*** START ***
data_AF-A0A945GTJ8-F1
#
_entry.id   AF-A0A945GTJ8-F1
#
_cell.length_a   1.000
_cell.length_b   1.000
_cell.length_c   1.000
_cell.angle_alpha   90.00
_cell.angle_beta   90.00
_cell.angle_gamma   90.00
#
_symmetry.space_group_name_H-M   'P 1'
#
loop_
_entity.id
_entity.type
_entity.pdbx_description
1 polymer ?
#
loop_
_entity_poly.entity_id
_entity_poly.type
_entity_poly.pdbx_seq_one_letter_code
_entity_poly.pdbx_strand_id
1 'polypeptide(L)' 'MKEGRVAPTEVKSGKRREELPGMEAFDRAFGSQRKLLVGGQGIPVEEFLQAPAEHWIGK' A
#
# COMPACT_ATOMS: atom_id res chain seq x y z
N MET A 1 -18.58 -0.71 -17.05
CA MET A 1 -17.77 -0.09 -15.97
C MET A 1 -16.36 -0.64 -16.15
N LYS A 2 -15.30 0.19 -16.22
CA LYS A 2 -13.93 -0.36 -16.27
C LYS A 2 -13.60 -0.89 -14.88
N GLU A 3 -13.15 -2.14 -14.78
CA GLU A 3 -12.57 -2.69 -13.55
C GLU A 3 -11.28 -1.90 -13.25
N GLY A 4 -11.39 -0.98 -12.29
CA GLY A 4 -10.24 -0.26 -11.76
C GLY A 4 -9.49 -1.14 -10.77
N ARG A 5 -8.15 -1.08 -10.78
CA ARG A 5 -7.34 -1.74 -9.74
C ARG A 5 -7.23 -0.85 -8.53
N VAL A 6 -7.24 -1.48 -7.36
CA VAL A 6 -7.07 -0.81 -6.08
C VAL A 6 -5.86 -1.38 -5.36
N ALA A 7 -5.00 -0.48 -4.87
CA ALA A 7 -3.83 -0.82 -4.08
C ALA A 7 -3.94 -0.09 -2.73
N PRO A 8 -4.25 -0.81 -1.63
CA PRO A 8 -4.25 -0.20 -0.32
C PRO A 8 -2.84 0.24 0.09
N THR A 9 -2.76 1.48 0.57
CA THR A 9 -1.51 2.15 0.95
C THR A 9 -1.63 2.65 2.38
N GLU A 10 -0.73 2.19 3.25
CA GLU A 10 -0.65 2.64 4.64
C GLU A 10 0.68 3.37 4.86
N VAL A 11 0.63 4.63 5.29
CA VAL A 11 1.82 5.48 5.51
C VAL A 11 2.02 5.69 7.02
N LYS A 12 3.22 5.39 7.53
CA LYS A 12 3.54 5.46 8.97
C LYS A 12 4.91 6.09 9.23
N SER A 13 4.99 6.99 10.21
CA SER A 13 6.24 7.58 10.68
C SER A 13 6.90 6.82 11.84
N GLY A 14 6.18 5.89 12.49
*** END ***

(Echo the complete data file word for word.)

data_AF-A0A945GTJ8-F1
#
_entry.id   AF-A0A945GTJ8-F1
#
_cell.length_a   1.000
_cell.length_b   1.000
_cell.length_c   1.000
_cell.angle_alpha   90.00
_cell.angle_beta   90.00
_cell.angle_gamma   90.00
#
_symmetry.space_group_name_H-M   'P 1'
#
loop_
_entity.id
_entity.type
_entity.pdbx_description
1 polymer ?
#
loop_
_entity_poly.entity_id
_entity_poly.type
_entity_poly.pdbx_seq_one_letter_code
_entity_poly.pdbx_strand_id
1 'polypeptide(L)' 'MKEGRVAPTEVKSGKRREELPGMEAFDRAFGSQRKLLVGGQGIPVEEFLQAPAEHWIGK' A
#
# COMPACT_ATOMS: atom_id res chain seq x y z
N MET A 1 -18.58 -0.71 -17.05
CA MET A 1 -17.77 -0.09 -15.97
C MET A 1 -16.36 -0.64 -16.15
N LYS A 2 -15.30 0.19 -16.22
CA LYS A 2 -13.93 -0.36 -16.27
C LYS A 2 -13.60 -0.89 -14.88
N GLU A 3 -13.15 -2.14 -14.78
CA GLU A 3 -12.57 -2.69 -13.55
C GLU A 3 -11.28 -1.90 -13.25
N GLY A 4 -11.39 -0.98 -12.29
CA GLY A 4 -10.24 -0.26 -11.76
C GLY A 4 -9.49 -1.14 -10.77
N ARG A 5 -8.15 -1.08 -10.78
CA ARG A 5 -7.34 -1.74 -9.74
C ARG A 5 -7.23 -0.85 -8.53
N VAL A 6 -7.24 -1.48 -7.36
CA VAL A 6 -7.07 -0.81 -6.08
C VAL A 6 -5.86 -1.38 -5.36
N ALA A 7 -5.00 -0.48 -4.87
CA ALA A 7 -3.83 -0.82 -4.08
C ALA A 7 -3.94 -0.09 -2.73
N PRO A 8 -4.25 -0.81 -1.63
CA PRO A 8 -4.25 -0.20 -0.32
C PRO A 8 -2.84 0.24 0.09
N THR A 9 -2.76 1.48 0.57
CA THR A 9 -1.51 2.15 0.95
C THR A 9 -1.63 2.65 2.38
N GLU A 10 -0.73 2.19 3.25
CA GLU A 10 -0.65 2.64 4.64
C GLU A 10 0.68 3.37 4.86
N VAL A 11 0.63 4.63 5.29
CA VAL A 11 1.82 5.48 5.51
C VAL A 11 2.02 5.69 7.02
N LYS A 12 3.22 5.39 7.53
CA LYS A 12 3.54 5.46 8.97
C LYS A 12 4.91 6.09 9.23
N SER A 13 4.99 6.99 10.21
CA SER A 13 6.24 7.58 10.68
C SER A 13 6.90 6.82 11.84
N GLY A 14 6.18 5.89 12.49